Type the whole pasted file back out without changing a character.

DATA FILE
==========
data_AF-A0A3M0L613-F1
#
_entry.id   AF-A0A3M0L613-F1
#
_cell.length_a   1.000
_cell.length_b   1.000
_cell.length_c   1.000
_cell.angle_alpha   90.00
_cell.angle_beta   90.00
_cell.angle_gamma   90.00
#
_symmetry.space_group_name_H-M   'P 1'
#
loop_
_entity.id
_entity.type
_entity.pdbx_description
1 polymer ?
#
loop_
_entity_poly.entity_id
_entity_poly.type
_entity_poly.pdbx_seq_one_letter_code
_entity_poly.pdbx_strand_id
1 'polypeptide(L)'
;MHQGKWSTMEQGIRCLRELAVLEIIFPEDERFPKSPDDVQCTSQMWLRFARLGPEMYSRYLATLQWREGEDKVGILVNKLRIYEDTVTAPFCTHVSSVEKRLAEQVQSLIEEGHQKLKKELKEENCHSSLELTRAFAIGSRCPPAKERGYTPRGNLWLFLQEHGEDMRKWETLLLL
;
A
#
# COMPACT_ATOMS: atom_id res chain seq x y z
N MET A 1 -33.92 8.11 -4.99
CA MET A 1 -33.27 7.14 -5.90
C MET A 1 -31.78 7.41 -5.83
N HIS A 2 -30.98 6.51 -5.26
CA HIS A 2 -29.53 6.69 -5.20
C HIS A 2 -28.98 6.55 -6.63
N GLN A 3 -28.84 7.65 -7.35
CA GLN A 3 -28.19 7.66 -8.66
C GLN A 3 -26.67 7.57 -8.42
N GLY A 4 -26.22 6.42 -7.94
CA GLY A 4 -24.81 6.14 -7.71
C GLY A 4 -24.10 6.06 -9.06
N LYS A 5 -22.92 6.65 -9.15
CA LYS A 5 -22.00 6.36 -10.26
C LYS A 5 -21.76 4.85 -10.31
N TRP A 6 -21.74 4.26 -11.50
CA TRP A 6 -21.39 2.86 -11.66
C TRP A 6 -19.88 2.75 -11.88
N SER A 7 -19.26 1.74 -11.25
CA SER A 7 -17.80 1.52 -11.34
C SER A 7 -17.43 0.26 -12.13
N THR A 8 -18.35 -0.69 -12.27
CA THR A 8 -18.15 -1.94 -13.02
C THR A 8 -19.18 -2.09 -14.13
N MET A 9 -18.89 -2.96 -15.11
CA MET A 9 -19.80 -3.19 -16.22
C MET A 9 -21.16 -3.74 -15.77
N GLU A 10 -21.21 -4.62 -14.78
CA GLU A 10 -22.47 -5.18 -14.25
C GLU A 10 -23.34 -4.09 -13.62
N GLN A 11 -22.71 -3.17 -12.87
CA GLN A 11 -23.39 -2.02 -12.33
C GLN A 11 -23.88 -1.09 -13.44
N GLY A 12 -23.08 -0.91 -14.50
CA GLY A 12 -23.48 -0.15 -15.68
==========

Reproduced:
data_AF-A0A3M0L613-F1
#
_entry.id   AF-A0A3M0L613-F1
#
_cell.length_a   1.000
_cell.length_b   1.000
_cell.length_c   1.000
_cell.angle_alpha   90.00
_cell.angle_beta   90.00
_cell.angle_gamma   90.00
#
_symmetry.space_group_name_H-M   'P 1'
#
loop_
_entity.id
_entity.type
_entity.pdbx_description
1 polymer ?
#
loop_
_entity_poly.entity_id
_entity_poly.type
_entity_poly.pdbx_seq_one_letter_code
_entity_poly.pdbx_strand_id
1 'polypeptide(L)'
;MHQGKWSTMEQGIRCLRELAVLEIIFPEDERFPKSPDDVQCTSQMWLRFARLGPEMYSRYLATLQWREGEDKVGILVNKLRIYEDTVTAPFCTHVSSVEKRLAEQVQSLIEEGHQKLKKELKEENCHSSLELTRAFAIGSRCPPAKERGYTPRGNLWLFLQEHGEDMRKWETLLLL
;
A
#
# COMPACT_ATOMS: atom_id res chain seq x y z
N MET A 1 -33.92 8.11 -4.99
CA MET A 1 -33.27 7.14 -5.90
C MET A 1 -31.78 7.41 -5.83
N HIS A 2 -30.98 6.51 -5.26
CA HIS A 2 -29.53 6.69 -5.20
C HIS A 2 -28.98 6.55 -6.63
N GLN A 3 -28.84 7.65 -7.35
CA GLN A 3 -28.19 7.66 -8.66
C GLN A 3 -26.67 7.57 -8.42
N GLY A 4 -26.22 6.42 -7.94
CA GLY A 4 -24.81 6.14 -7.71
C GLY A 4 -24.10 6.06 -9.06
N LYS A 5 -22.92 6.65 -9.15
CA LYS A 5 -22.00 6.36 -10.26
C LYS A 5 -21.76 4.85 -10.31
N TRP A 6 -21.74 4.26 -11.50
CA TRP A 6 -21.39 2.86 -11.66
C TRP A 6 -19.88 2.75 -11.88
N SER A 7 -19.26 1.74 -11.25
CA SER A 7 -17.80 1.52 -11.34
C SER A 7 -17.43 0.26 -12.13
N THR A 8 -18.35 -0.69 -12.27
CA THR A 8 -18.15 -1.94 -13.02
C THR A 8 -19.18 -2.09 -14.13
N MET A 9 -18.89 -2.96 -15.11
CA MET A 9 -19.80 -3.19 -16.22
C MET A 9 -21.16 -3.74 -15.77
N GLU A 10 -21.21 -4.62 -14.78
CA GLU A 10 -22.47 -5.18 -14.25
C GLU A 10 -23.34 -4.09 -13.62
N GLN A 11 -22.71 -3.17 -12.87
CA GLN A 11 -23.39 -2.02 -12.33
C GLN A 11 -23.88 -1.09 -13.44
N GLY A 12 -23.08 -0.91 -14.50
CA GLY A 12 -23.48 -0.15 -15.68